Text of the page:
Servants, Not Songsters

Tom Nettles recently published a fantastic biography of Charles Spurgeon. Nettles did much of his research in Spurgeon’s monthly publication, The Sword and the Trowel, where Spurgeon provided insights into his ministry and church life at the Metropolitan Tabernacle. As it turns out, Spurgeon cared deeply about the music at his church and how that music was led.

Spurgeonbook

Nettles describes Spurgeon’s opinions:

“Anything that detracted from the fullest participation in the music by the entire congregation Spurgeon opposed. To the leader he warned, ‘The people come together not to see you as a songster, but to praise the Lord in the beauty of Holiness.’ He was not to sing for himself only, ‘but to be a leader of others, many of whom know nothing of music.’ Tunes should be easily learned by all so that none will be compelled to be silent when the ‘Lord is to be extolled in the assembly. None should be defrauded of their part in the worship because of the exclusive taste of the leader.’ … Those whose concern is more for art than for corporate worship should meet at home for that purpose, but ‘the Sabbath and the church of God must not be desecrated to so poor an end.'” (emphasis mine)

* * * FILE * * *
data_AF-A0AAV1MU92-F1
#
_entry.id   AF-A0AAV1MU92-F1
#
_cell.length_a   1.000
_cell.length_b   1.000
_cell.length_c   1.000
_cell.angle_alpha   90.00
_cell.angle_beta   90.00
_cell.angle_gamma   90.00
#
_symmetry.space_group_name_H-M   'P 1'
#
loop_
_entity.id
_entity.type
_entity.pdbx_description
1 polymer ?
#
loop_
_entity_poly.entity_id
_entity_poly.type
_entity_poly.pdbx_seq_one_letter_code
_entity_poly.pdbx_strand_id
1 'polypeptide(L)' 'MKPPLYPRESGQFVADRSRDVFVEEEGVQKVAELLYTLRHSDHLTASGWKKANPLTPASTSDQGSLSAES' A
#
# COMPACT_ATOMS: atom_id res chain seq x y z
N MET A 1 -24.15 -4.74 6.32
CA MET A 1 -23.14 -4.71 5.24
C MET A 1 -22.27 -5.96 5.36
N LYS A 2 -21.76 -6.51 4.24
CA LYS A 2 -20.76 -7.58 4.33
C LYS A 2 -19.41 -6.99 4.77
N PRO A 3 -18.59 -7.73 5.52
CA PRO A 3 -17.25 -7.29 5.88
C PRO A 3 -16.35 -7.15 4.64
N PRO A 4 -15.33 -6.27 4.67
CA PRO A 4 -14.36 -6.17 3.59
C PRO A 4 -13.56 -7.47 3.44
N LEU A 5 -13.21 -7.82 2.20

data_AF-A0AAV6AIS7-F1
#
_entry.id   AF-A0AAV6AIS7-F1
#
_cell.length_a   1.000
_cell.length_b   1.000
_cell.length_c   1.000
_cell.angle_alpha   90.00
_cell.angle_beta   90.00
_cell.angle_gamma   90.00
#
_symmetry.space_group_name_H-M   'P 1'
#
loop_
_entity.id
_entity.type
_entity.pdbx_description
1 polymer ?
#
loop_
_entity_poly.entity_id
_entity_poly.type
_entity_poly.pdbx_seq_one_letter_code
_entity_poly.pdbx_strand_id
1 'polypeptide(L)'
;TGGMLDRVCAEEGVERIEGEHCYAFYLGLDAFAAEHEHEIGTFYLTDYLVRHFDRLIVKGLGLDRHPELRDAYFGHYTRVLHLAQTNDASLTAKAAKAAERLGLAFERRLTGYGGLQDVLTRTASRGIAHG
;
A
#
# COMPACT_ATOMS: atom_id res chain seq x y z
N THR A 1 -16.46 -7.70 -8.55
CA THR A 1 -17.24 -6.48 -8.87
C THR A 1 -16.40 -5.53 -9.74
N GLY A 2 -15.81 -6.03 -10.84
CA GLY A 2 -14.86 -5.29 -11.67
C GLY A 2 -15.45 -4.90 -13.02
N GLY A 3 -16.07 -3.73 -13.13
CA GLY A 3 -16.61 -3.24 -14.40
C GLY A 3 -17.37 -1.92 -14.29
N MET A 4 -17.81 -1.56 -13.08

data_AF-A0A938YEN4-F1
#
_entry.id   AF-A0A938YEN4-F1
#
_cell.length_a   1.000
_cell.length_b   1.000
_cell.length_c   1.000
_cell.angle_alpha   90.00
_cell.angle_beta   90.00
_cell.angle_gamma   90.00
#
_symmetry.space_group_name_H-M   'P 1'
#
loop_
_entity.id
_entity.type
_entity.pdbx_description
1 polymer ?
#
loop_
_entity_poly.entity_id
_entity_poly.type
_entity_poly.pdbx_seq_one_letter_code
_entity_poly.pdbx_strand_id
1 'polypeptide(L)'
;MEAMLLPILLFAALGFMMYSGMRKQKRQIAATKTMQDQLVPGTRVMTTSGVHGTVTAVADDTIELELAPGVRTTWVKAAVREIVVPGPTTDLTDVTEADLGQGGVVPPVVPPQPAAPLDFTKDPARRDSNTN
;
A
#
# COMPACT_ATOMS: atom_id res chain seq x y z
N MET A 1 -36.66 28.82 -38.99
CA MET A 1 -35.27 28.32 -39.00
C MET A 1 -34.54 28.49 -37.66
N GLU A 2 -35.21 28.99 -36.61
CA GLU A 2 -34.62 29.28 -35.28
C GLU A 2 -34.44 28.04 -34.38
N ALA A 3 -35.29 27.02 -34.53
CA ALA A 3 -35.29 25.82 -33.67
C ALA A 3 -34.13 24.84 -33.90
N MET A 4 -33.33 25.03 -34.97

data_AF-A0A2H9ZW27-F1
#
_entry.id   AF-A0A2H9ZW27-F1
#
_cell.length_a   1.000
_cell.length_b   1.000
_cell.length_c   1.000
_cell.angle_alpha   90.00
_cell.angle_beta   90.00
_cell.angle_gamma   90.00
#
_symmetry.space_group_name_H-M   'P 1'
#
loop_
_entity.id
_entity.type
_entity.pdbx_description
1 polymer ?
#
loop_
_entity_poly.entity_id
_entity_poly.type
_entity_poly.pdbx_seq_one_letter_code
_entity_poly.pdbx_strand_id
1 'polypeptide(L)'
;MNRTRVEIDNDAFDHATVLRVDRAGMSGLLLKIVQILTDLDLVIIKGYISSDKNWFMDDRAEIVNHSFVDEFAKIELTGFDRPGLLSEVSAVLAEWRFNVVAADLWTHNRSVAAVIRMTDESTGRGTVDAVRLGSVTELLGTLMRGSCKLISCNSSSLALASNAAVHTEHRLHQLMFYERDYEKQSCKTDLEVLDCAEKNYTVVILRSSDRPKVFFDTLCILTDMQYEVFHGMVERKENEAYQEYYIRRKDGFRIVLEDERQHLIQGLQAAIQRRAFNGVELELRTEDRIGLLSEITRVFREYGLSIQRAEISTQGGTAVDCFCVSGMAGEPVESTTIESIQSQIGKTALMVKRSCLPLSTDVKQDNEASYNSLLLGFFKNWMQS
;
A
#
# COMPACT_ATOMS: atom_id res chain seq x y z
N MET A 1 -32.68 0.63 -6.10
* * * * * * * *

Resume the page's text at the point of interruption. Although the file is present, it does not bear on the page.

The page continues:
Amen. If you want to learn more about the book, I got to interview Nettles about it here.

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